Amazon is setting up its first e-commerce sorting centre in the Netherlands. FNV, the country’s largest trade union, has sent an open letter to the corporation’s national CEO outlining its expectations.
“The Dutch have established a valuable tradition of consultation between employers and employees as well as a tradition of collective agreements on terms and conditions of employment,” reads the letter co-signed by FNV President, Tuur Elzinga, UNI Global Union General Secretary, Christy Hoffman, UNI Europa Regional Secretary, Oliver Roethig, as well as MEPs Agnes Jongerius and Kim van Sparrentak.
“We expect Amazon to look carefully into the Dutch labour market, to become familiar with the labour relations we have here, and to embrace the Dutch model,” they wrote.
Amazon is notorious for its attempts to dodge workers’ unions wherever it operates. Faced with the constant stress of having to meet unrealistically high production targets, a father and son tried to set up a union with CCOO in their warehouse in Valencia, Spain last month. Amazon fired them but now, the two workers are fighting back.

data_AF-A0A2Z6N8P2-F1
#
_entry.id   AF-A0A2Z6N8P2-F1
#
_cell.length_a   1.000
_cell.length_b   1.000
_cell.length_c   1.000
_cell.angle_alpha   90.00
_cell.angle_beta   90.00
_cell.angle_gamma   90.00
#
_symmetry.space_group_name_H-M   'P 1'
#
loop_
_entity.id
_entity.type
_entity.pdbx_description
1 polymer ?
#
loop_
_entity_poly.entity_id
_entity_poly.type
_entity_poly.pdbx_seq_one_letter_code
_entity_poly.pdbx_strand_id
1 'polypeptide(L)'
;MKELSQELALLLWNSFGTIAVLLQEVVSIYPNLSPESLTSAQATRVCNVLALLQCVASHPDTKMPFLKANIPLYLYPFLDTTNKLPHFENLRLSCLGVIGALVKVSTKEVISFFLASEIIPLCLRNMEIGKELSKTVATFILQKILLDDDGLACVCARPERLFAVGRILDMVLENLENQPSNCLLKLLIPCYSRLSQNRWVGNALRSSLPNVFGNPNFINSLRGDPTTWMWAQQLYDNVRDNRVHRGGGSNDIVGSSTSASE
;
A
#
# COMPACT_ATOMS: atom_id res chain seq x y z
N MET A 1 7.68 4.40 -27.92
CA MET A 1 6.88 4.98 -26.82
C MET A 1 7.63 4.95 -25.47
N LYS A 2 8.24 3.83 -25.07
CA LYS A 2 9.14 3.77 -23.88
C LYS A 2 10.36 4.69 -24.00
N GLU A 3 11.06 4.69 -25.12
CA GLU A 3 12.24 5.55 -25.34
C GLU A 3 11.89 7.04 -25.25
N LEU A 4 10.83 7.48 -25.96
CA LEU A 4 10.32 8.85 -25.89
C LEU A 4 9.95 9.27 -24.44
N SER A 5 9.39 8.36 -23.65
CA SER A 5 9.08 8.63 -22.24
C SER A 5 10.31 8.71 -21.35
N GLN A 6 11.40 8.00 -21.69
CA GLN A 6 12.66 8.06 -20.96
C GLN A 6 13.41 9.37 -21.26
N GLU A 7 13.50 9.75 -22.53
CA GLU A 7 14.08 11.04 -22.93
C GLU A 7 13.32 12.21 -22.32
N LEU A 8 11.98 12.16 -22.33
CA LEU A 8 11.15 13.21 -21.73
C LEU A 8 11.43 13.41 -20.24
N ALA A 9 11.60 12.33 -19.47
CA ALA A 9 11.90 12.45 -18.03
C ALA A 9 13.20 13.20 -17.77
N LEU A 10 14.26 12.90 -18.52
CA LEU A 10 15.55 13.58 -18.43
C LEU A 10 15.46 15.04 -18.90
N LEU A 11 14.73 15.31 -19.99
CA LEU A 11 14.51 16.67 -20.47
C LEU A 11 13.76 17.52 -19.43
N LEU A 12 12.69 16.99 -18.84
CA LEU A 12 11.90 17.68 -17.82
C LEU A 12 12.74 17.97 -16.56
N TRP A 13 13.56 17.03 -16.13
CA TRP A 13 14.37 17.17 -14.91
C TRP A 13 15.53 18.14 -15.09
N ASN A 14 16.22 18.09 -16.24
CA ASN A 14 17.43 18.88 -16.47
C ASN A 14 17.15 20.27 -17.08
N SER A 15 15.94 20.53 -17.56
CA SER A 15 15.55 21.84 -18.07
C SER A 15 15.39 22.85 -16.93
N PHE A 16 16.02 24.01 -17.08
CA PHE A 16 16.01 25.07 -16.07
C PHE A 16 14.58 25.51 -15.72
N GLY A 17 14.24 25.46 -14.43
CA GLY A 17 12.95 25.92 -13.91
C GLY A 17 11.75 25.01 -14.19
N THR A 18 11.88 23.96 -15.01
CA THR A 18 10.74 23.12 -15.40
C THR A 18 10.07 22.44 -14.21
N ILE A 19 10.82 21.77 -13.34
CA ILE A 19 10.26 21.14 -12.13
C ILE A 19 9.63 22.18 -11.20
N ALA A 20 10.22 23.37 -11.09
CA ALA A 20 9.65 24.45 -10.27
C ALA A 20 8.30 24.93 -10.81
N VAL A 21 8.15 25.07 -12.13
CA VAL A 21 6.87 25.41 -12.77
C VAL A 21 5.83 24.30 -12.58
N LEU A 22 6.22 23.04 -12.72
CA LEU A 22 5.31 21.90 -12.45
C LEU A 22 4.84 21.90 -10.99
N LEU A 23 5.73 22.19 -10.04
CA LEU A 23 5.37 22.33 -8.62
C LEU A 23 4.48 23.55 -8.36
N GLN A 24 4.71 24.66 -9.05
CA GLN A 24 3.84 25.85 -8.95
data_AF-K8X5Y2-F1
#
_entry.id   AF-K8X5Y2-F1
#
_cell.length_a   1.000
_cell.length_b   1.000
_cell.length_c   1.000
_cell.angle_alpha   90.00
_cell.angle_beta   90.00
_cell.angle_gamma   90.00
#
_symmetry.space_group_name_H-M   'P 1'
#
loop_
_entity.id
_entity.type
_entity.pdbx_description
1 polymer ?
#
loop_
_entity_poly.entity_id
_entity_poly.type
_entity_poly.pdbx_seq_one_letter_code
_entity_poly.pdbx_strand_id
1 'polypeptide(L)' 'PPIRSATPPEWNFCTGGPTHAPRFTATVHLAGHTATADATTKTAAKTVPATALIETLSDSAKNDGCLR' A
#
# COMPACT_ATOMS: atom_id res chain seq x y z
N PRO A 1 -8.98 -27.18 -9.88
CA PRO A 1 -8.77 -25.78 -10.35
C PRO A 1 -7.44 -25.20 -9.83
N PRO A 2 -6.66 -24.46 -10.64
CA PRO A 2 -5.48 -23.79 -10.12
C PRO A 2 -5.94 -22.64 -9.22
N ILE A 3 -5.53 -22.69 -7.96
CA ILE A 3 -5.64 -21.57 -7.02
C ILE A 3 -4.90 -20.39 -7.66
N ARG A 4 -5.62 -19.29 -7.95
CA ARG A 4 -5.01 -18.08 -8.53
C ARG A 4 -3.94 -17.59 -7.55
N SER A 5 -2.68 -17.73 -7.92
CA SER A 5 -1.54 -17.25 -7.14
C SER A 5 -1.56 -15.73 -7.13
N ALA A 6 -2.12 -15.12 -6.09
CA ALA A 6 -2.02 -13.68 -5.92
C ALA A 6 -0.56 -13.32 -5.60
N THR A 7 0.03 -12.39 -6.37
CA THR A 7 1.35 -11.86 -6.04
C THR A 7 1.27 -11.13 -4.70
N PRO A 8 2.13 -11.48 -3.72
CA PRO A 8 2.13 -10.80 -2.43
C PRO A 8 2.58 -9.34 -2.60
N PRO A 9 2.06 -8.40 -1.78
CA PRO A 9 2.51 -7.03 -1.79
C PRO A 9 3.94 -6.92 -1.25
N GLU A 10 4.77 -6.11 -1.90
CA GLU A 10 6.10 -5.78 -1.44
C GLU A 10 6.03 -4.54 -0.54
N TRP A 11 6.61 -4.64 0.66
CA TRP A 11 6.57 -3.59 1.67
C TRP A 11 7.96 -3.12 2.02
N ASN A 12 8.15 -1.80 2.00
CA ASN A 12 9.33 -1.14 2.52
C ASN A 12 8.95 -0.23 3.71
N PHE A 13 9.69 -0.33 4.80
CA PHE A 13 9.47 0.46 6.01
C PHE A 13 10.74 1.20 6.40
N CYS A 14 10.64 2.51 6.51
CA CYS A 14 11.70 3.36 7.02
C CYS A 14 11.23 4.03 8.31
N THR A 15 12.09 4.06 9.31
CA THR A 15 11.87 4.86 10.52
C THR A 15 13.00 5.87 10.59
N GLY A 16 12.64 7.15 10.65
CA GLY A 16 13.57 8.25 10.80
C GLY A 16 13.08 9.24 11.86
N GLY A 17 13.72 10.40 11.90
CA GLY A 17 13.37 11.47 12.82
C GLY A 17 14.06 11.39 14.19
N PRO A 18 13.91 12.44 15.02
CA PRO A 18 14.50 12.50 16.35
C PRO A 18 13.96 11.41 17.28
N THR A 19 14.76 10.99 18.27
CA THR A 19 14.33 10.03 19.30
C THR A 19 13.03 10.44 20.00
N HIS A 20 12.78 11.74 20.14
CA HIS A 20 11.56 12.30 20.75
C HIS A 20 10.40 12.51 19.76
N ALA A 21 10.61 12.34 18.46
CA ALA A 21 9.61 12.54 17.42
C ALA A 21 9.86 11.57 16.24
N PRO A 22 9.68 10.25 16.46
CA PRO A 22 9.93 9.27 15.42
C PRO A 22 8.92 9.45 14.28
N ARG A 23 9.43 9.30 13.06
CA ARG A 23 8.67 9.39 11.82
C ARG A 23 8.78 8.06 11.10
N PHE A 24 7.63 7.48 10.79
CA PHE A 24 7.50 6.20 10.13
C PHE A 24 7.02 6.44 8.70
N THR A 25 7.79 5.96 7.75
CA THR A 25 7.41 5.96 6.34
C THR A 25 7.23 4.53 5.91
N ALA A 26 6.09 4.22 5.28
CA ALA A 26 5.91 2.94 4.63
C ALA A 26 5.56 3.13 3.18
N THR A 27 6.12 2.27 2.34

Similar stories of workers pushing back against the e-commerce giant are leading to improvements for workers across Europe. Following sustained pressure by workers and their union Verdi in Germany, Amazon raised its wages; in France, union strikes over unsafe conditions during the pandemic led to safer workplaces.
Amazon’s attempts to undermine workers’ collective bargaining rights is couples with an intrusive and all-encompassing Amazon worker surveillance systems, as highlighted in UNI’s recent Amazon Panopticon report. “This results in many unsafe situations and a great deal of stress in the workplace,” said MEP Kim van Sparrentak.
Prompted the EU Parliament’s Committee on Employment and Social Affairs to call on Amazon to explain themselves. MEPs were angered by Amazon’s refusal to send anyone to answer their questions.“Amazon, you’ve been warned. In Europe, we respect regulation, we respect trade unions and we respect the rights of workers,” said MEP Agnes Jongerius.
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